Federalism Disad



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John Dinan and Shama Gamkhar May 14th, 2009 (Dinan is a professor of political science at Wake Forest, Gamkhar is a professor of public affairs at the University of Texas at Austin)The State of American Federalism 2008–2009: The Presidential Election, the Economic Downturn, and the Consequences for Federalism” Published in Publius: The Journal of Federalism” page online: http://publius.oxfordjournals.org/cgi/content/full/pjp012 Accessed July 9, 2009.


In public addresses since the 2008 election Obama has in several ways signaled a greater attentiveness to federalism principles than was evident during the Bush administration. As president-elect in December 2008 he addressed members of the National Governors Association (NGA) in Philadelphia in the organization's centennial year. Citing Justice Louis Brandeis's oft-quoted dissent in New State Ice Co. v. Liebmann, 285 U.S. 262 (1932), Obama celebrated the ability of "a single courageous state" to "serve as a laboratory experimenting with innovative solutions to our economic problems." He went to say: "And that's the spirit of courage and ingenuity and stick-to-it-ness that so many of you embody. That's the spirit that I want to reclaim for the country as a whole. One where states are testing ideas, where Washington is investing in what works, and where you and I are working together in partnership on behalf of the great citizens of this nation" (Washington Post 2008). Then, Obama chose to host the governors at the first state dinner of his presidency in February 2009, and in his toast he noted that "You’re where the rubber hits the road," and promised that his "goal and aim is to make sure that we are making life easier, and not harder, for you during the time that we’re here in Washington" (quoted in Silva 2009)

Federalism high now – Obama is returning power to the states

John Dinan and Shama Gamkhar May 14th, 2009 (Dinan is a professor of political science at Wake Forest, Gamkhar is a professor of public affairs at the University of Texas at Austin)The State of American Federalism 2008–2009: The Presidential Election, the Economic Downturn, and the Consequences for Federalism” Published in Publius: The Journal of Federalism” page online: http://publius.oxfordjournals.org/cgi/content/full/pjp012 Accessed July 9, 2009.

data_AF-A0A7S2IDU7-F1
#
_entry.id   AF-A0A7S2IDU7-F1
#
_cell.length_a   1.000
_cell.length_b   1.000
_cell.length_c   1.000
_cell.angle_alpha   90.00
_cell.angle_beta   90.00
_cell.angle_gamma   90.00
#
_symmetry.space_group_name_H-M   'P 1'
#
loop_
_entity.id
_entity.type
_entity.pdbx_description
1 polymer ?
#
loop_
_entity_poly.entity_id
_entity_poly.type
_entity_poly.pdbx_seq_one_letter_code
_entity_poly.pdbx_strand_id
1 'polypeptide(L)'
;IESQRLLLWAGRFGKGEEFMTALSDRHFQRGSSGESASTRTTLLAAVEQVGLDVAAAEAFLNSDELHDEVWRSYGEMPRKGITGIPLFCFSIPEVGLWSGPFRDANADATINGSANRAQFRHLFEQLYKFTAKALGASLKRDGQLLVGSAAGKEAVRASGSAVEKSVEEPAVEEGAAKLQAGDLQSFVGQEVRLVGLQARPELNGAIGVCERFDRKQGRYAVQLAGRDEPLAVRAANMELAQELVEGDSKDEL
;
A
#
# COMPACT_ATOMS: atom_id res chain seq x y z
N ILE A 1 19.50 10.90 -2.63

In the early months of his presidency, Obama took a number of opportunities to revisit Bush administration positions regarding expansion of federal authority, preemption of state policy experimentation, and fiscal support for states, and the outlines of Obama's positions are starting to emerge. First, Obama has permitted greater state policy experimentation in several areas, including auto emissions standards and children's health programs. Second, Obama has been much more responsive to state fiscal interests, as evidenced most clearly by his support for a massive stimulus package containing significant state aid. Third, and as discussed in the next part of this essay, Obama has put federal power and resources in the service of a different set of policy goals, particularly regarding energy conservation and environmental protection. Obama reversed Bush administration policy in such a way as to expand state discretion in several areas. In January 2009, he directed the EPA to begin the process of reversing a December 2007 denial of a Clean Air Act waiver to California (Schwartz 2009), and in February 2009, he signed a CHIP (formerly SCHIP) reauthorization measure that Bush vetoed twice in an earlier form in 2007. The Children's Health Insurance Program Reauthorization Act of 2009 (CHIPRA) went even further than the earlier vetoed bills in granting discretion to states to insure legal immigrants immediately rather than waiting five years. Moreover, upon signing the law, Obama directed the Centers for Medicare and Medicaid Services (CMS) to withdraw an August 2007 Bush administration directive preventing states from using federal CHIP funds to cover children in families making above 250 percent of the Federal Poverty Level (FPL). The Obama memo restored states’ ability to cover children above this income level, although federal matching funds will be reduced for states choosing for the first time to cover children in families above 300 percent of FPL (Center for Children and Families 2009). In another departure from Bush administration policy, in March 2009 Attorney General Eric Holder announced that the Drug Enforcement Administration would discontinue raids on medical marijuana dispensaries in the thirteen states that have legalized medical marijuana, as long as distributors operate in accord with these state laws (Johnston and Lewis 2009).

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